Two tense meetings have transpired since Tillamook Fire District revealed payroll and volunteer stipend discrepancies found in an audit of the 2017-2018 fiscal year. The District is paying $11,554 to volunteers who weren’t compensated correctly.
At a May meeting of the District board of directors, a preliminary review of the volunteer stipend point system showed 1,313 points were not given to firefighters, 159 points were reported but not paid, and 75 points were either extra or were paid without a point being reported. Volunteers firefighters earn $8 per stipend point, volunteer officers earn $9, and one point is assigned per emergency call or training event.
The board of directors voted unanimously to instruct Interim Fire Chief Dale Kamrath to calculate the exact dollar figure for what was owed to volunteer firefighters and officers from the previous fiscal year. Payroll errors in the current fiscal were also discussed, but no action was taken regarding those discrepancies. Kamrath said errors were found up to October of 2018 and nothing was found after that time.
The way paid staff overtime and compensatory time have been being accrued and paid out is a separate accounting issue. Kamrath said buyback payments for surplus vacation hours valued at time-and-a-half have been made at two-and-a-quarter since 2009 due to bookkeeping policy, though no documentation of that policy could be found. It appears time-and-a-half calculations happened when the hours were banked and also when they were bought back by the District.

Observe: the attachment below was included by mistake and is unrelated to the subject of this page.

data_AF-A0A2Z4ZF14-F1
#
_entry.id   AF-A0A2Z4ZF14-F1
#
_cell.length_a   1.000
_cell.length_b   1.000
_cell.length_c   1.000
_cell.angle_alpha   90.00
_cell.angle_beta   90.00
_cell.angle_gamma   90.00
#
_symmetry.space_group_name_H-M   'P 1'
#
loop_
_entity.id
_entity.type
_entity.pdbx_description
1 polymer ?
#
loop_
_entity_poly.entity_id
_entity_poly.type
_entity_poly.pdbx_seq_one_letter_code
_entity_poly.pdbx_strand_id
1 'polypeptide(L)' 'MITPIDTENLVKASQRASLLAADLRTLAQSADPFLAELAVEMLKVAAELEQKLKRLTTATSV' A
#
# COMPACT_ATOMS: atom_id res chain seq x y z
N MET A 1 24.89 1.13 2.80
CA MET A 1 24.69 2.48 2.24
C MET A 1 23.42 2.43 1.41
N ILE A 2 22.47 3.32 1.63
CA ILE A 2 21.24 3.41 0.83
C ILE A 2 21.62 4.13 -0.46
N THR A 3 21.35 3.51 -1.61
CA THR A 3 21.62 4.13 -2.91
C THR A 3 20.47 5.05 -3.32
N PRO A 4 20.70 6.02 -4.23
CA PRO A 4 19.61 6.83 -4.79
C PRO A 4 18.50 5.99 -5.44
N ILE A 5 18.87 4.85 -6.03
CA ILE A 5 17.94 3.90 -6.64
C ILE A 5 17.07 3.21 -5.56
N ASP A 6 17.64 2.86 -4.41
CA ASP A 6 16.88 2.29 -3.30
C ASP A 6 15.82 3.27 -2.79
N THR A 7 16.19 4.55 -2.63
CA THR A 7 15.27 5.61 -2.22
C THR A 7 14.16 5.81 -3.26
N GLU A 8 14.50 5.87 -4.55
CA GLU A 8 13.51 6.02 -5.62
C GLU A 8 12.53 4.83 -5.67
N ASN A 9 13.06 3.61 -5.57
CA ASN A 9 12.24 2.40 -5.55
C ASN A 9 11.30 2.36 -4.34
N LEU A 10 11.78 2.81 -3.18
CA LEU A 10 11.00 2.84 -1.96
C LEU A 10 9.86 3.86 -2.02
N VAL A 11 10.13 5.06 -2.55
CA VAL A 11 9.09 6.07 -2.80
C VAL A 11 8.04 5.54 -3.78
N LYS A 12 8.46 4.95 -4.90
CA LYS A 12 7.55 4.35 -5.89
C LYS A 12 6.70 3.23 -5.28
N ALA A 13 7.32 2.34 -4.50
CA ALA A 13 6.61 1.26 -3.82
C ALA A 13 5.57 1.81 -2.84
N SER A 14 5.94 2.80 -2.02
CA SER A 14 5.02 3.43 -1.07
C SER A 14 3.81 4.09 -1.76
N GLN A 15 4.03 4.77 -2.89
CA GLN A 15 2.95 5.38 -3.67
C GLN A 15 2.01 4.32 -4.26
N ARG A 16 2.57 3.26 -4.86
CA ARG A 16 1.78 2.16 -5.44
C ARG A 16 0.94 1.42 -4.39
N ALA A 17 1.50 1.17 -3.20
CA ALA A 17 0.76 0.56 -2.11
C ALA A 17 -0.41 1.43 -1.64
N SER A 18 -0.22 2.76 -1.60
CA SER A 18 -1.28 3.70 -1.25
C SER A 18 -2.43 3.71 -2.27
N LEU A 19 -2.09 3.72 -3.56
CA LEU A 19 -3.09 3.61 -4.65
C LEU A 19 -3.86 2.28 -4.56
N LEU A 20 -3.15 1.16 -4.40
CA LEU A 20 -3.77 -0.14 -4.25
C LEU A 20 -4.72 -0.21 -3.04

Kamrath advised the board of directors not to take action that would rectify any overpayments to staff firefighters. The board unanimously voted in a policy that in the future, overtime accruals will continue at time-and-a-half, but time buybacks will be done at straight time. A report prepared by Kamrath showed paid staff payroll discrepancies went back at least to the 2015-2016 fiscal year.
Adding to the accounting issue, a review of three years of time cards showed paid staff earned vacation hours that were somehow deleted, possibly due to caps on time buildups. However, rather than losing hours that were accrued after a cap, firefighters should have been reimbursed for those hours, according to District policy.
Board Vice-Chair Tim Hamburger questioned how the volunteers would respond to compensation for the previous year when some have requested more years be examined, possibly six to ten years. Board Chair Debbie Reeves said the recent audit was for the previous fiscal year and that is where the board should be concerned, noting that previous audits did not find payroll discrepancies.
“The rest of the audits have never caught any of this,” Reeves said. “So, I don’t know if they all want to go hire an attorney and sue the district for back-pay or how they want to handle it, but we only have one audit that we’re dealing with.”
A representative of the Tillamook Volunteer Firefighters Association read a statement to the board of directors requesting a look back at the past six years of stipend payments. He said the Association would not endorse, recognize or accept a new fire chief until the discrepancy issue is resolved.